The pursuing officer, Christina Fowler, draws her gun, then the driver finally identifies himself as fellow officer, Marc Thompson, just before bursting into a fit of ridiculous laughter. In the speed car were two other officers, a sergeant and another beat officer. For this “prank,” Thompson and the sergeant were terminated and the officer in the rear got a one-day vacation without pay.
The firings are being contested by the union, but in our opinion, these guys got what they deserved. Imaging if a worker was late getting off his shift at the construction site and was hit by Thompson’s car. That prank wouldn’t be so funny then...
What would have really made us laugh is if Fowler would have very business-like just written Thompson a ticket, or better yet, taken him straight to jail for his idiotic idea of a joke. Check out the above video to see the idiocy unfold.
As the global recession rolls around the Earth, automakers everywhere are starting to hit their breaking points. There have already been talks of Ford and Chevy pulling out of Europe and recently, Ford announced that it was cutting 15 percent of job in Australia due to poor sales.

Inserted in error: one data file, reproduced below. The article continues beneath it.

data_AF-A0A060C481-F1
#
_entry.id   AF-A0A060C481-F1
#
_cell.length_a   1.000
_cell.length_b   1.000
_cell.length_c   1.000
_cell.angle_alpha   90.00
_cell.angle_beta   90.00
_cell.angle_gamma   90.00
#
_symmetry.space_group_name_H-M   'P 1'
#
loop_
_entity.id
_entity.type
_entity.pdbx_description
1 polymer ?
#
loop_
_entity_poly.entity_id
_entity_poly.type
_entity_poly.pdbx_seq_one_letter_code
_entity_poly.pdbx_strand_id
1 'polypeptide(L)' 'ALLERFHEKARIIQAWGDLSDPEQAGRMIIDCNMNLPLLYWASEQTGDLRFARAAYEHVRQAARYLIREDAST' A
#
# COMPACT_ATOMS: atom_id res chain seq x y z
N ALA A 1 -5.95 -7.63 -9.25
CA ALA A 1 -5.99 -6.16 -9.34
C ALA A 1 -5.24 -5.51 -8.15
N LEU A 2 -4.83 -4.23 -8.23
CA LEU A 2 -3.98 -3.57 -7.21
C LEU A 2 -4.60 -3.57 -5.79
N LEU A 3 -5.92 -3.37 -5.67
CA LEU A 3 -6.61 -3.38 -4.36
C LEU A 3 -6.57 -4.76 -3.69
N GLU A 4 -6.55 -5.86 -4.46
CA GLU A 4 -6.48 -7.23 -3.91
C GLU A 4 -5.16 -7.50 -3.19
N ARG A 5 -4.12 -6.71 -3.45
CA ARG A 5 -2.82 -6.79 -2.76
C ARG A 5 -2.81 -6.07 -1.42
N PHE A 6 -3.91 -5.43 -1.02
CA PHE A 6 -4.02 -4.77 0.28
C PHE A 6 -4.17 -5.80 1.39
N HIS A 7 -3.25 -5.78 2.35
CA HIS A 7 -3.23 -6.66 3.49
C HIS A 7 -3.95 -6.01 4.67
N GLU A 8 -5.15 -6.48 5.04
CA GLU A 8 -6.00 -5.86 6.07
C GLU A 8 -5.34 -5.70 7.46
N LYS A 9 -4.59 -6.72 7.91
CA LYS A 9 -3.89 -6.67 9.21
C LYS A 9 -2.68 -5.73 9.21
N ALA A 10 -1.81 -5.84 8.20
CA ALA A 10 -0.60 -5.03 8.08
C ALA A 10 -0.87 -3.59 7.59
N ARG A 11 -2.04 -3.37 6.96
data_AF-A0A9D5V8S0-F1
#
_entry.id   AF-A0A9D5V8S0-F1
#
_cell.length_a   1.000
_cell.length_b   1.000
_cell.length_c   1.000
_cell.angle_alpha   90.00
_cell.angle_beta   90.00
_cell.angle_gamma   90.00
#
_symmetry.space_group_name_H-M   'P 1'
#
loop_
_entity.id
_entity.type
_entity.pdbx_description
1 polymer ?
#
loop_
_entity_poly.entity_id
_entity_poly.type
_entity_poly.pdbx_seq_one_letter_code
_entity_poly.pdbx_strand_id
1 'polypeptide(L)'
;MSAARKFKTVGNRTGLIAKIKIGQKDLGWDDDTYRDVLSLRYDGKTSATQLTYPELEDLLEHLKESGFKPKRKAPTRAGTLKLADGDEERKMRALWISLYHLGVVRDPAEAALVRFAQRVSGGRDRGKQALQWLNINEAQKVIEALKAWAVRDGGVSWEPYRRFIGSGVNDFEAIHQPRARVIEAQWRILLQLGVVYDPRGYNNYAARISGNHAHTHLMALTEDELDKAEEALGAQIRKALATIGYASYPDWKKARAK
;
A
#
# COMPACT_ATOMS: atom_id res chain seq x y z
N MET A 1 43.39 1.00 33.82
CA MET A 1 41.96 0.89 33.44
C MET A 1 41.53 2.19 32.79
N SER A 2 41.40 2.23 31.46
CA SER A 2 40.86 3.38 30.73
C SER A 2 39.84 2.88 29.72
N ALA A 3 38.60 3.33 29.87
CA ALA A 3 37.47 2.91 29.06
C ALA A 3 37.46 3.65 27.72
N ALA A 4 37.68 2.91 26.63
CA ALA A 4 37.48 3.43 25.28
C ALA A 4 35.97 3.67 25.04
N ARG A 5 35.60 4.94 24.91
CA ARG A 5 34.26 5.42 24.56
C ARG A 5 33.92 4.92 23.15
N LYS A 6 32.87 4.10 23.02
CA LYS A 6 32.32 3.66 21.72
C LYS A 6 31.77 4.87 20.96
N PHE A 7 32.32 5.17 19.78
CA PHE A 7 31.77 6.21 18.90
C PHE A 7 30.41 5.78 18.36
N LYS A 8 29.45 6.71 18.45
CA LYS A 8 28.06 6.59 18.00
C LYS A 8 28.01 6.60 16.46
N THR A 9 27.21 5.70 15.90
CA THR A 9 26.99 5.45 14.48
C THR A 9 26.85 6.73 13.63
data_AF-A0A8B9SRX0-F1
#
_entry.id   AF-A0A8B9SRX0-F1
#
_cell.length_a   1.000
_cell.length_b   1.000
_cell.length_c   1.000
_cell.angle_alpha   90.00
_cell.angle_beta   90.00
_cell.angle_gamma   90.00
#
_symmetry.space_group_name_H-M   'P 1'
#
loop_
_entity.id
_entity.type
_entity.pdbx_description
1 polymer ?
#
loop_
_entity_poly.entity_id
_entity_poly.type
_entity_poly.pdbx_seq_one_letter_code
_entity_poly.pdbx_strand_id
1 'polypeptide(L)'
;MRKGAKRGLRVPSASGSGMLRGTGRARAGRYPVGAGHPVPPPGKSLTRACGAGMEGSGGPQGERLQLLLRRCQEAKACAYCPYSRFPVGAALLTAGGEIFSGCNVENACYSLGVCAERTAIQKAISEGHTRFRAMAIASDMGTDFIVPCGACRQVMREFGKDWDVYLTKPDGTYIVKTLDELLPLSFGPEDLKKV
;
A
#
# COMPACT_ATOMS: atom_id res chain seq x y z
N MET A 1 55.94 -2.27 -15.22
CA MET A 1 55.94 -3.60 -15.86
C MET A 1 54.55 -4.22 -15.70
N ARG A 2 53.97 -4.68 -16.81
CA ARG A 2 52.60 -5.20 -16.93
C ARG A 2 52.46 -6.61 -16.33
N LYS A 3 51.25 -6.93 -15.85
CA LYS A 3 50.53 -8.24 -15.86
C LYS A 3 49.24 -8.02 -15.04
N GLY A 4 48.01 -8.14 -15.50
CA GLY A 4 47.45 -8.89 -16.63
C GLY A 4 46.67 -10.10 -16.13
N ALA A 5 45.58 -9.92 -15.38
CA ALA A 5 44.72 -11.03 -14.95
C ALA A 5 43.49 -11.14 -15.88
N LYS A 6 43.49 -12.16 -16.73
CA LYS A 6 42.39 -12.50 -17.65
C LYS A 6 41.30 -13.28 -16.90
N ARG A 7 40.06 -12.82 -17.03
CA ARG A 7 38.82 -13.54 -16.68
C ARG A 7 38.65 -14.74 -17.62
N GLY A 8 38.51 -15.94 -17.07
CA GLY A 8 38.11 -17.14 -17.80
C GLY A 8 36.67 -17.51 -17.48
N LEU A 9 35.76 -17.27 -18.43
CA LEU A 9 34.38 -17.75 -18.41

On the heels of that announcement comes a report from International Business Times that claims Ford is simply ramping up to end its Australia-based manufacturing altogether. The consensus is that Ford of Australia will cease production in the Outback by 2016.
Now, the Ford pull-out from Australia, much like the potential pull-out from Europe, does not mean there won’t be any Fords sold there. This simply means that the Australia-built fords, like the Territory and the fairly bad-ass Falcon sedan, will no longer exist. In their place will likely be imported Fusions and Explorers, maybe bearing different names.